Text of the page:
The point is that WordPress requires help to stay fast as you grow. There are a lot of services … but either you or a designer must execute them.
That’s where handled WordPress hosting can be found in. WP Engine takes care of (almost) all speed concerns. They have actually personalized servers with exceptionally aggressive caching and even more advanced “stack” than a normal webhosting. They also have actually trained support who will go into your WordPress install and identify the specific chokepoint to obtain your website moving. Webhost Scouts
They do not even allow caching plugins on their installs due to the fact that they have such a customized caching setup.
The intriguing thing is that even unoptimized WordPress sets up still succeed on their platform since their platform does the additional work.
Here’s the speed test for one of my customers on WP Engine (who has a bloated theme, additional scripts, a lot of uncompressed images, among other things):
Keep in mind the Time To First Byte and the Start Render numbers. That measures how quickly the server returned enough information to begin loading the page.
It’s great to have that type of speed right out of the box, and have it stay that way no matter how huge or complicated the website gets.
*Note that the other point here is that if you are obsessed about speed, you can get even much better numbers with WP Engine than you might get with other services given that you are complimentary to concentrate on speed elements that you can easily manage like image compression, use of scripts, etc.
. The last observation on speed, WP Engine not just offers an integrated CDN, however they likewise provide international information centers in case your audience is primarily in Asia and/or Europe. Webhost Scouts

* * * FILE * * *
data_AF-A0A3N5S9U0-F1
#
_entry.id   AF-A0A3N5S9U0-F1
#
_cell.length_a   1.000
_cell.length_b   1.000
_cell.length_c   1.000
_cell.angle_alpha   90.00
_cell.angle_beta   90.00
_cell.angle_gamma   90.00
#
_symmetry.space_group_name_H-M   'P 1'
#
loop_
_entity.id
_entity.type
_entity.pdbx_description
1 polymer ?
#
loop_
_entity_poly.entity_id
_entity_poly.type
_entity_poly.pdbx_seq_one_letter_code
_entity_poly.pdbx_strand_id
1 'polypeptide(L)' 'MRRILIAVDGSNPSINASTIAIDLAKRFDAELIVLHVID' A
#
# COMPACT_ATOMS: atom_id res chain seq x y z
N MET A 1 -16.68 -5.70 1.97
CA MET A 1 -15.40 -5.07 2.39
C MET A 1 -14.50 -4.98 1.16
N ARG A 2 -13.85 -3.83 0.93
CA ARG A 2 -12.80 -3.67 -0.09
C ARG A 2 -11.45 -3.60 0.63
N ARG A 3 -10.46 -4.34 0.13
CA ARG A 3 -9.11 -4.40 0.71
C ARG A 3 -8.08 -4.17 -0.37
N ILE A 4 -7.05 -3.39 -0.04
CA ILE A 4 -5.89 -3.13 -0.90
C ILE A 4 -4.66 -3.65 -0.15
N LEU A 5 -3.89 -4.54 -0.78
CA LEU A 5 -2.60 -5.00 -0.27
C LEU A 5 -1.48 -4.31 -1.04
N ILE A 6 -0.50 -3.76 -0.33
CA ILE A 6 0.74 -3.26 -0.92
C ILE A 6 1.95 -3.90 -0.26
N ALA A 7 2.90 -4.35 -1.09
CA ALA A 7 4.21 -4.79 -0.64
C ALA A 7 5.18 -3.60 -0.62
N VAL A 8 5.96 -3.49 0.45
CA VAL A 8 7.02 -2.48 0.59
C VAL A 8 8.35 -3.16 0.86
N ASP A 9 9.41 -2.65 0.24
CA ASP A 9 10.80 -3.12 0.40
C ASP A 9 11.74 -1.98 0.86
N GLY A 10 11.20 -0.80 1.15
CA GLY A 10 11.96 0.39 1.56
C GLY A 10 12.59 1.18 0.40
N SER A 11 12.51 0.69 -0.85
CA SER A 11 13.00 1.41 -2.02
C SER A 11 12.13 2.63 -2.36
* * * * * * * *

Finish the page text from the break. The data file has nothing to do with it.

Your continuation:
If you are trying to get top speeds without messing with layered caching plugins ” the WP Engine does exactly that.
Customer Support Webhost Scouts
Client support has actually been a core part of WP Engine’s pitch given that they were founded. After all, they are really offering more of a service (ie, handled hosting) than an item (ie, hosting). It makes sense for them to place a huge emphasis on support.
Here’s a screenshot from among my first contacts with support back in 2012:
Look at the response|reaction|action} time, that wasn’t an autoresponder either.
Now, the business has actually grown & altered a lot ever since. They went through a stretch where they were getting a lot of criticism about over-promising on support.
That said, the difficult aspect of customer support is that a lot of the judgment is anecdotal. Everyone has a story, but you never ever know if the story is due to the fact that they talked with the one rockstar-vs-rookie having an awesome-vs-terrible day. Like I mention in every hosting evaluation, the vital part is to see if a company deals with support as an investment or an expense.
I want to look for access, systems, and understanding, all three need a financial investment of money, time and knowledge.
Based upon my current interactions and research study, they are doing much better hitting all three boxes. They preserve a variety of support channels (consisting of phone for non-Basic strategies). They have a quick, trackable ticketing system and are offered all over on the website by means of chat.
Based upon their guide videos and extensive knowledgebase, they tick the knowledge box. Every support that I or my customer has connected with actually understood the great functions of WordPress and has actually been able to problem-solve on the fly.
The most impressive (yes, this is anecdotal, however still) experience was a three-way call in between my client, myself and WP Engine during my customer’s shift to HTTPS/ SSL. The associate was not only able to obtain on (and stay on) the phone, but he was able to expertly help us “turn the switch” quickly in addition to looking after numerous concerns (ie, uploading a non-HTTP sitemap and repairing insecure image links) within WordPress for us. Webhost Scouts